Talking with your parents: Part 1 – The Groundwork

“I want to talk to my parents about end-of-life…but it’s such a hard topic to bring up!”

One thing we hear again and again from our users is that they want to use Cake to start a conversation with their loved ones, especially their parents.

We know it can be an awkward thing to bring up, so we have created a guide and free materials to help you get started.

In this three-part series, we’ll cover:

  1. What to think about in planning for the conversation
  2. How to bring up the topic with your parents (including helpful language from palliative care physicians)
  3. Sample conversations and email templates that you can use TODAY

Part I: Preparing for the talk

You might have already tried to bring this up with your parents, or you might be guessing how your parents will respond to any conversation related to preparing for end-of-life.

Common ways we’ve seen people deflect and avoid this topic:

  • “I’ve done this already.”
  • “We can do it later.”
  • “Why do you want to talk about this now? Do you think I’m going to die soon?!!?”

Your knowledge of their personalities is an important factor in figuring out the best approach. Here are some factors to consider:

  • Their coping style. Cancer doctors sometimes think about people’s coping styles broadly  as “monitors” and “blunters.” These descriptions come from health psychology research looking at how people respond to information, especially serious illnesses like cancer.
    • Monitors” are people who cope by seeking out more information
    • Blunters” tend to prefer distraction and avoid practical planning

If your parent has more of a “monitor” coping style, providing them with information about different options can be helpful, but they may also need more reassurance throughout the conversation. On the other hand, a “blunter” may prefer to keep it simple and will rely more on you to suggest what you think would be the best. You can emphasize that it’s important to know what they want, not what you think they would want.

  • Their communication style. Consider how your parents usually deal with difficult conversation topics. Is your parent someone who likes to think carefully about what they say first? In that case, you might tell them about Cake and allow them to explore it on their own before sharing their wishes. Alternatively, do they prefer to think out loud? Then it might be more fruitful to talk about the questions in real-time.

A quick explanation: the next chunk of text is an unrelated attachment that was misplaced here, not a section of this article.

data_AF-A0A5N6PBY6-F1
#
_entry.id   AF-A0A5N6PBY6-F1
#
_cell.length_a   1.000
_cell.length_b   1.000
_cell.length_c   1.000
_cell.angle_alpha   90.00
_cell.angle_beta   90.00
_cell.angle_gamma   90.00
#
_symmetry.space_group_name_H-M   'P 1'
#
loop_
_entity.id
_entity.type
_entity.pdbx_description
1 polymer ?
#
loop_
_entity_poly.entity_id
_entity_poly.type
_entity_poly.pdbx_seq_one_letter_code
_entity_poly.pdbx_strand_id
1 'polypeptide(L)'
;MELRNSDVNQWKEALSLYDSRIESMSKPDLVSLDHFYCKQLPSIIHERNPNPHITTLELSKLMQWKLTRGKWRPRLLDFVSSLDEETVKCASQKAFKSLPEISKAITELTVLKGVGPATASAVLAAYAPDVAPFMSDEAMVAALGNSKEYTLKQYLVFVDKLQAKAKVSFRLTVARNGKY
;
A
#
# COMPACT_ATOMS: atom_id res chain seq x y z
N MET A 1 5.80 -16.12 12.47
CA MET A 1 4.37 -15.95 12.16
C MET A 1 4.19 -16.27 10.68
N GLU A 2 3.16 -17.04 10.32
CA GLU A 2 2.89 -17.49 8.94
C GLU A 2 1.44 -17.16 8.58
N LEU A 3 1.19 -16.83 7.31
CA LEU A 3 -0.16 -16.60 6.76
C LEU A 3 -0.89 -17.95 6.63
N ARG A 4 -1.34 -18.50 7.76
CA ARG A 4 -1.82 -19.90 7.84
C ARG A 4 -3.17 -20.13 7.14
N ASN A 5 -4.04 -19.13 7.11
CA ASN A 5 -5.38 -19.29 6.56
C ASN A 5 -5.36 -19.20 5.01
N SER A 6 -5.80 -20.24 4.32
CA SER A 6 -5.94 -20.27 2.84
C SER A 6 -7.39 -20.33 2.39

• The context. Are your parents healthy or ill? Has anything happened in their lives recently that might bring this issue to the forefront? For a parent who is sick, there’s more urgency. This can make the conversation more challenging emotionally, but also provides an anchor to engage everyone in the family. Medical issues can provide starting points for the conversation, especially if your parent designates you as a healthcare proxy or is deciding about a treatment.
  • Your biggest concern. Sharing your #1 concern can help set priorities for the conversation. Whether it’s medical decisions or financial planning, are you particularly worried about one aspect of end-of-life?  Here is a comprehensive list of the different aspects of end-of-life planning.
  • Comfort and trust with technology. If your parents are already comfortable using Facebook or LinkedIn, then the Cake app will be a very simple tool to use.  If not, you can walk through the app with them or start to look at other apps that can be particularly useful for older people, which could serve as an introduction to adopting apps in their everyday tasks. Some include simply making displays and buttons on a smartphone easier to navigate. If you worry that your parents wouldn’t want to use a website or app, it might be easier to talk in person, even if it means waiting until the next family get-together, or perhaps encourage a sibling who lives nearby to do so.

Ready to start? Check out part 2 of this series for tips on what to actually say.


Planning diagram

Here are some of the factors that go into talking about advance care planning: what’s happening in your family at the time, what your parents are like as people, and what you’re hoping to learn!

Have you already had the conversation?

Let us know how it went!  We want to hear from you about what worked and didn’t work–tell us your stories!

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